The latest attempt by China’s government to exert control over Hong Kong might seem particularly flat footed considering the timing. This year marks the 15th anniversary of the reversion of the city, formerly a colony of the United Kingdom, to China’s control. While at the time the event was celebrated both in Hong Kong and all around the country, the relationship between the semi-autonomous former colony and the government nominally in charge of it has, in recent years, become more strained.
William Pesek, who has reported on political, business, and social issues in the Asia-Pacific region, writes in Bloomberg News that Beijing’s latest plan to reform education in Hong Kong schools to make teaching loyalty to the Communist Party a compulsory part of the curriculum has drawn so much protest from the populace that the city’s chief executive Leung Chun-ying was forced to cancel his first official visit abroad. Protesters hit the streets almost as soon as the plan was first announced in early July, and the outrage eventually led to the plan getting scrapped and substituted with a program that school administrators could voluntarily take part in.
Hong Kong’s close ties to the West were evidenced during those days in mid-summer when people lined up outside the buildings housing the government headquarters in an attempt to show the powers that be that they will not allow the history of Communist China to be whitewashed for their children. The posters carried by the protesters contained quotes from George Orwell’s dystopian 1949 masterpiece “Nineteen Eighty-Four,” and people kept spontaneously breaking out into songs from Pink Floyd’s hit “The Wall.”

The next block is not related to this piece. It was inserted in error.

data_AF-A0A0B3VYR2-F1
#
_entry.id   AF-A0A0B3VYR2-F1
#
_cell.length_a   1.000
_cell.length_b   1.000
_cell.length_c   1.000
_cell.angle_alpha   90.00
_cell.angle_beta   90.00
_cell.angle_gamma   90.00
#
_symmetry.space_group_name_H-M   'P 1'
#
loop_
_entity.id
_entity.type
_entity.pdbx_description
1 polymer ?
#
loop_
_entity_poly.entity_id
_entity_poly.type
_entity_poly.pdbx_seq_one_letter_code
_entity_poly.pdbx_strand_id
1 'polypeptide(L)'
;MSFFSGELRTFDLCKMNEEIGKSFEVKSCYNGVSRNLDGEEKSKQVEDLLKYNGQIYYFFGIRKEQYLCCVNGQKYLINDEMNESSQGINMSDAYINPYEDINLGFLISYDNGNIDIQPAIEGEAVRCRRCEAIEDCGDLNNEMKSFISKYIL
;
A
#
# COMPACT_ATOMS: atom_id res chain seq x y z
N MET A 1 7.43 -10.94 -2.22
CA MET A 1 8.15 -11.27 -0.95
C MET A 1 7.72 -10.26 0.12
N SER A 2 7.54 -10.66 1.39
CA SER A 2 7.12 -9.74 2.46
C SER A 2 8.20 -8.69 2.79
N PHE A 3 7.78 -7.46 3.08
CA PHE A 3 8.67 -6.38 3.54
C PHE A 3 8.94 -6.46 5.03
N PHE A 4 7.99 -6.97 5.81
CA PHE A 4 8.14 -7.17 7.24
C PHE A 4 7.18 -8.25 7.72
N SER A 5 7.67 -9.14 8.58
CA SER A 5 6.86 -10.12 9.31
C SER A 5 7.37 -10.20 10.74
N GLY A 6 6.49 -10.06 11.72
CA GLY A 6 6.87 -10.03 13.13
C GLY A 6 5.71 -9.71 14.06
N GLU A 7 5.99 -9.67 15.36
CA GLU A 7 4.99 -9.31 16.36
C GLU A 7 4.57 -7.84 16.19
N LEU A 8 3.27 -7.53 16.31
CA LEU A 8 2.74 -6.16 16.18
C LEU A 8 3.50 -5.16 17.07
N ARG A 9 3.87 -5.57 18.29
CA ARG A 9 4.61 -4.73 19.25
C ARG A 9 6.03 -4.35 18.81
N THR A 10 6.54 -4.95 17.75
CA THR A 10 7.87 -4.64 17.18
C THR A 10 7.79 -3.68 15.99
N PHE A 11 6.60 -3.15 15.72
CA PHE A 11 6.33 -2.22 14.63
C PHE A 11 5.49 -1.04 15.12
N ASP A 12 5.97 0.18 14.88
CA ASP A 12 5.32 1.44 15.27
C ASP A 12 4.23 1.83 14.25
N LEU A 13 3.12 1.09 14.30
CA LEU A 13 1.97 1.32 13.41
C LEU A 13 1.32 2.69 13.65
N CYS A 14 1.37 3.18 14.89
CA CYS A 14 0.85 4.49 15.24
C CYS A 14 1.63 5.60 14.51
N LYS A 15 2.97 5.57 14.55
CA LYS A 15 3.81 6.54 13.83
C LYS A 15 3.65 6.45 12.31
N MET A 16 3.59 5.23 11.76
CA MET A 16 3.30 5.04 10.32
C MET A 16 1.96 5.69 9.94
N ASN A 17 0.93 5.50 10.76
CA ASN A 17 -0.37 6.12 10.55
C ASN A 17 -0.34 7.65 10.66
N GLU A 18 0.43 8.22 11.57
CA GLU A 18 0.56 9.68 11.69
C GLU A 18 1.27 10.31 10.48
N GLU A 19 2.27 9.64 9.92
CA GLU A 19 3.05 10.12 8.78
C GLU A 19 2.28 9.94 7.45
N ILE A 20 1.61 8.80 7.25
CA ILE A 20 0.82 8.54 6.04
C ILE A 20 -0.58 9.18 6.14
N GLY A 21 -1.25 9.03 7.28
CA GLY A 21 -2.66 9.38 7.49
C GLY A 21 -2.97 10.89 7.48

“It’s so offensive that China thinks we are this stupid,” said Andy Tang, a 20-year protester and engineering student. “Most mainlanders don’t even know about Tiananmen Square or the millions who died thanks to Mao Zedong’s policies. They don’t know a thing about their government’s real history. And now China wants to keep us in Hong Kong in the same darkness?”
This is not the first time that the determination of the Hong Kong citizenry resisted Beijing’s attempts to interfere or impose greater control. Ten years ago, massive demonstrations helped defeat a law, called Article 23, which was purported to make the persecution of people involved in subversive activities easier, but in reality was so vague as to possibly make it a crime for residents of Hong Kong to exercise their right of free speech and free press.
Hong Kong is highly sensitive to anything that threatens the “one country, two systems” arrangement. China’s recent handiwork speaks to the clumsiness of its oversight of a city that once put out the welcome mat.